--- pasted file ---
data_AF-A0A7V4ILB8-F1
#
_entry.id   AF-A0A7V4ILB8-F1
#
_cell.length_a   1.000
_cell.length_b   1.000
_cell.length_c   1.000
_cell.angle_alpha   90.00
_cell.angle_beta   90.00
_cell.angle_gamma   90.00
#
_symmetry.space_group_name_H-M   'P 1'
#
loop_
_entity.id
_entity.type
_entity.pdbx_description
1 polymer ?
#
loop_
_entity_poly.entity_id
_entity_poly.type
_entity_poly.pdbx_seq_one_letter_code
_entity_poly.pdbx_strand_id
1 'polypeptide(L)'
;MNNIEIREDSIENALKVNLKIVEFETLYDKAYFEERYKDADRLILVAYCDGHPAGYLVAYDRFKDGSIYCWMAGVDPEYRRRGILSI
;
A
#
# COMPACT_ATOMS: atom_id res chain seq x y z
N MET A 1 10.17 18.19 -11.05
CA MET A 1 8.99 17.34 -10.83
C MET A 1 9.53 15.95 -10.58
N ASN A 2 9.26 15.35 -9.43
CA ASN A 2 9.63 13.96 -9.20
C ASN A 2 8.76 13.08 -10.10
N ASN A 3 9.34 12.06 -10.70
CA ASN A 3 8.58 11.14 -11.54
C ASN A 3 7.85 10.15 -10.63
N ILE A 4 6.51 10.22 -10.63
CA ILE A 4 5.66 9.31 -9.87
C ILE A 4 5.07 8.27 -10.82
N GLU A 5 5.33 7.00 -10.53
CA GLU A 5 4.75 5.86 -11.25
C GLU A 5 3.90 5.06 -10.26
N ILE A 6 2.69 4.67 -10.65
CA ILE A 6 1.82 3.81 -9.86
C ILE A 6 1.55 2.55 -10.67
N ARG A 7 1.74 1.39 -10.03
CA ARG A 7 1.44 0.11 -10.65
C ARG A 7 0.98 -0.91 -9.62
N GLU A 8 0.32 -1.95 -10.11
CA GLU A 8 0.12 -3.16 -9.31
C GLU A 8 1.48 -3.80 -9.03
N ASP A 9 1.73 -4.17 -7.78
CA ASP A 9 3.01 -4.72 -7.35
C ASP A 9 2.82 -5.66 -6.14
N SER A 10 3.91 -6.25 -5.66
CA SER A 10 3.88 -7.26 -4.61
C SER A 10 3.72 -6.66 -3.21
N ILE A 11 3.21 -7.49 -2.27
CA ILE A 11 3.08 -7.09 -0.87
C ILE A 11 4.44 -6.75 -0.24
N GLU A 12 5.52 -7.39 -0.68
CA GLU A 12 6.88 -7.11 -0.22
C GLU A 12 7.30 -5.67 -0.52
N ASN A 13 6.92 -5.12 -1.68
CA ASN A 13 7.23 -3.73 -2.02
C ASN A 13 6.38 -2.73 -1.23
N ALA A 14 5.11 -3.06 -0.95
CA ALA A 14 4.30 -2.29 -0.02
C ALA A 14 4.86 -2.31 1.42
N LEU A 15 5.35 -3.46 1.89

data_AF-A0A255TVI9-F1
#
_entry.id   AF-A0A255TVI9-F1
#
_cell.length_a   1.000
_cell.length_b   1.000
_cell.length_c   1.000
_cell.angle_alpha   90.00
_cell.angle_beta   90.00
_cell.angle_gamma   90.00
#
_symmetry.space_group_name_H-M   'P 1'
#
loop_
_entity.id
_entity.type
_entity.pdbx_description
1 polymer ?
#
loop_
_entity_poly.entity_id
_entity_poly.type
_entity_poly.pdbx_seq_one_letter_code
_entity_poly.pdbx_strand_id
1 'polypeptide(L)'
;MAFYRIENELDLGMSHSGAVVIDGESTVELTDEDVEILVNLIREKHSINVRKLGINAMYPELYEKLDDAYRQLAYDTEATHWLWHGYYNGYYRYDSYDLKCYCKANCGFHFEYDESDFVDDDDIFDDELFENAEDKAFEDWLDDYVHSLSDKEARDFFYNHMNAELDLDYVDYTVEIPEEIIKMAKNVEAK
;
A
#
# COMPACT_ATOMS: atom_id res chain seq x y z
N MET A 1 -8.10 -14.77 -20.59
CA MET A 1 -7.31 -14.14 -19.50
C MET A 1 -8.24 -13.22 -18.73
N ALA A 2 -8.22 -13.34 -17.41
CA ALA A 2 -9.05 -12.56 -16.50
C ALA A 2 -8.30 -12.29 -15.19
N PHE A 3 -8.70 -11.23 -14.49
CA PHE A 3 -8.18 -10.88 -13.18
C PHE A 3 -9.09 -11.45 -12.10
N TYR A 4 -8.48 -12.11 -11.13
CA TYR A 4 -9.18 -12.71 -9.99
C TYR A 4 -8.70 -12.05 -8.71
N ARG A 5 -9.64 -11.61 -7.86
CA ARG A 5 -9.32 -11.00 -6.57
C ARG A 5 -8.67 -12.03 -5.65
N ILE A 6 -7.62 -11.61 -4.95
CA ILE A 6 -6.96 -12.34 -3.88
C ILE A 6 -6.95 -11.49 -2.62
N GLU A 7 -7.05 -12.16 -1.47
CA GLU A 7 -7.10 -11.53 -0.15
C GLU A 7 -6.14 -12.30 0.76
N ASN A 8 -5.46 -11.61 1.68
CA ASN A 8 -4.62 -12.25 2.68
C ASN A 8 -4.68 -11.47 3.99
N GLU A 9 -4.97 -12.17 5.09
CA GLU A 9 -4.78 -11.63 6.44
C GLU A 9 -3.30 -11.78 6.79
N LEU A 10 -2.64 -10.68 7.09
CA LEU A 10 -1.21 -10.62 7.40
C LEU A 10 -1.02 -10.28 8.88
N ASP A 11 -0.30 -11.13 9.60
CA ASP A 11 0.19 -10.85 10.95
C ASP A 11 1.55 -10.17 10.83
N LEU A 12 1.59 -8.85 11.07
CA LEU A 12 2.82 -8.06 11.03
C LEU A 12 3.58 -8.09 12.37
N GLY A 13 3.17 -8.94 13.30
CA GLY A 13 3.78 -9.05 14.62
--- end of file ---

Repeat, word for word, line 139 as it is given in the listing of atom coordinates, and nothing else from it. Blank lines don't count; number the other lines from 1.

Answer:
C LEU A 12 3.58 -8.09 12.37